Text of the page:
101 More Favorite Play Therapy Techniques / Edition 1by Heidi Kaduson
Pub. Date: 03/01/2001
Publisher: Aronson, Jason Inc.
Separated into seven categories for easy reference, the techniques within each chapter are applied to practice situations in a concise format for easy reference and use. The interventions illustrated include Storytelling, to enhance verbalizations in children; Expressive Art, to promote children's coping ability by using various art mediums; Game Play, to help… See more details below
Separated into seven categories for easy reference, the techniques within each chapter are applied to practice situations in a concise format for easy reference and use. The interventions illustrated include Storytelling, to enhance verbalizations in children; Expressive Art, to promote children's coping ability by using various art mediums; Game Play, to help children express themselves in a playful environment; Puppet Play, to facilitate the expression of conflicting emotions; Play Toys and Objects, to demonstrate the therapeutic use of various toys and objects in the playroom; Group Play, to offer methods and play techniques for use in group settings; and Other, to provide miscellaneous techniques that are useful in many settings. This book is a response to the evident need of clinicians for easy to use play therapy techniques. A welcome addition to the earlier collection, it is designed to help children enhance verbalization of feeling, manage anger, deal with loss and grief, and heal their wounds through the magic of play therapy. Clear and marvelously simple, this manual will be an invaluable addition to any professional's or student's library. A Jason Aronson Book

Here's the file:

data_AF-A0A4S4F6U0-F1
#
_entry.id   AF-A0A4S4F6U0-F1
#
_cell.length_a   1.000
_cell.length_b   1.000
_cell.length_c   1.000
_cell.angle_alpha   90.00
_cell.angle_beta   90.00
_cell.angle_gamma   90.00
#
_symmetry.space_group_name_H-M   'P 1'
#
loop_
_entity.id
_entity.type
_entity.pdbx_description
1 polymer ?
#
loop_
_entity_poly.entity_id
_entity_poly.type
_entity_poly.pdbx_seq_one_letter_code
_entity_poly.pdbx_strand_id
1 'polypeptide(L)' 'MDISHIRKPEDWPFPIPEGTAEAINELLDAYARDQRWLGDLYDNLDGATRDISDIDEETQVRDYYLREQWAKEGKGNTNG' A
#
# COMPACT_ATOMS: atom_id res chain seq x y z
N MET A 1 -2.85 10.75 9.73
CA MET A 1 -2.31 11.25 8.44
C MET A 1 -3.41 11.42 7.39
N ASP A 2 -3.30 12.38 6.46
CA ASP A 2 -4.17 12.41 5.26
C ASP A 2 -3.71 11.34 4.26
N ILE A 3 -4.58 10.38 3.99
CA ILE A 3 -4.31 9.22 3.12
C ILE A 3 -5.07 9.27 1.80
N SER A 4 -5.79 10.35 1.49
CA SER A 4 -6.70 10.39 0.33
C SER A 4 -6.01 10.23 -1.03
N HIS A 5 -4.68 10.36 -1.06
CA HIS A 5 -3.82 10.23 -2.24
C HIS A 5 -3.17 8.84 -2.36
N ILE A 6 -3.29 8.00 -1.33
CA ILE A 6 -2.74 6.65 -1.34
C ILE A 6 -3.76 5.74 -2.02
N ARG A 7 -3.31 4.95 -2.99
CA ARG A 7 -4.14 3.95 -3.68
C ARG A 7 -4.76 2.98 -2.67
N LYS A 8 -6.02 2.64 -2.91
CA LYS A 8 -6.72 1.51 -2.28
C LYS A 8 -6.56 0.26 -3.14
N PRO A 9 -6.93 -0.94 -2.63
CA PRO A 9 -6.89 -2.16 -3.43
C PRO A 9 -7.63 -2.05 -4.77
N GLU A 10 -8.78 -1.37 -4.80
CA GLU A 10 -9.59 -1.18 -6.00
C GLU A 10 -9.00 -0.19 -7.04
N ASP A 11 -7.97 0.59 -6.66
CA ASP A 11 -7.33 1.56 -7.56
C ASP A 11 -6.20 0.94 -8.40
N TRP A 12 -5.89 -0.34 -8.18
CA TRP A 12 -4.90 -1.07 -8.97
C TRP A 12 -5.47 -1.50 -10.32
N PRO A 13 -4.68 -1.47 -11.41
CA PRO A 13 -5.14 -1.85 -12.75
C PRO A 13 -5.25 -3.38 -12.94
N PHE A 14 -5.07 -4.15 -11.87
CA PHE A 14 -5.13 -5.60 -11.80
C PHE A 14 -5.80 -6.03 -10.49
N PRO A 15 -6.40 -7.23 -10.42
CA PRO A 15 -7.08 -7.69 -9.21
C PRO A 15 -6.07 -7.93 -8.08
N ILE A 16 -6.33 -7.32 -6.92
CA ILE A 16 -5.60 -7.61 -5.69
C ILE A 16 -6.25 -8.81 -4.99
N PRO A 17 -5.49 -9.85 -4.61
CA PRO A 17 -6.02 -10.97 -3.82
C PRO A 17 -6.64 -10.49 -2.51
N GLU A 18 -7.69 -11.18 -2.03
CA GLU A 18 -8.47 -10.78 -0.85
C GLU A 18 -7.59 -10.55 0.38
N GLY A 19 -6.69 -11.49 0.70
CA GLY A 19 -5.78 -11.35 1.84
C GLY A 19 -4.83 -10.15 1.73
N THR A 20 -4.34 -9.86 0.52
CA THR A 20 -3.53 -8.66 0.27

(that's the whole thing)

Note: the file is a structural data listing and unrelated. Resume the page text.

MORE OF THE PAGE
Table of Contents
Chapter 1 Storytelling Techniques Chapter 2 Expressive Arts Techniques Chapter 3 Game Play Techniques Chapter 4 Puppet Play Techniques Chapter 5 Toy and Play Object Techniques Chapter 6 Group Play Techniques Chapter 7 Other Techniques
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Most Helpful Customer Reviews
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I read this book to try and spark some more ideas to use in therapy. I found that the book had 16 out of 101 things to suggest. Some of the techniques were advertisements for equipment in the therapy room or skills the therapist should learn (eg. sewing, magic, balloon sculpting) rather than actual techniques. Many techniques were very similar and were not distinct enough from each other to require a different chapter (1 chapter= 1 technique). Finally, much of the evidence that was provided for a give technique's effectiveness in therapy was the subject experience of the person that wrote on the technique rather than basis in what is known to be effective or research. Though a knowledgeable clinician can tease out the wheat from the chaff much of the book's space could have been used better. I am glad I did not spend money for the book.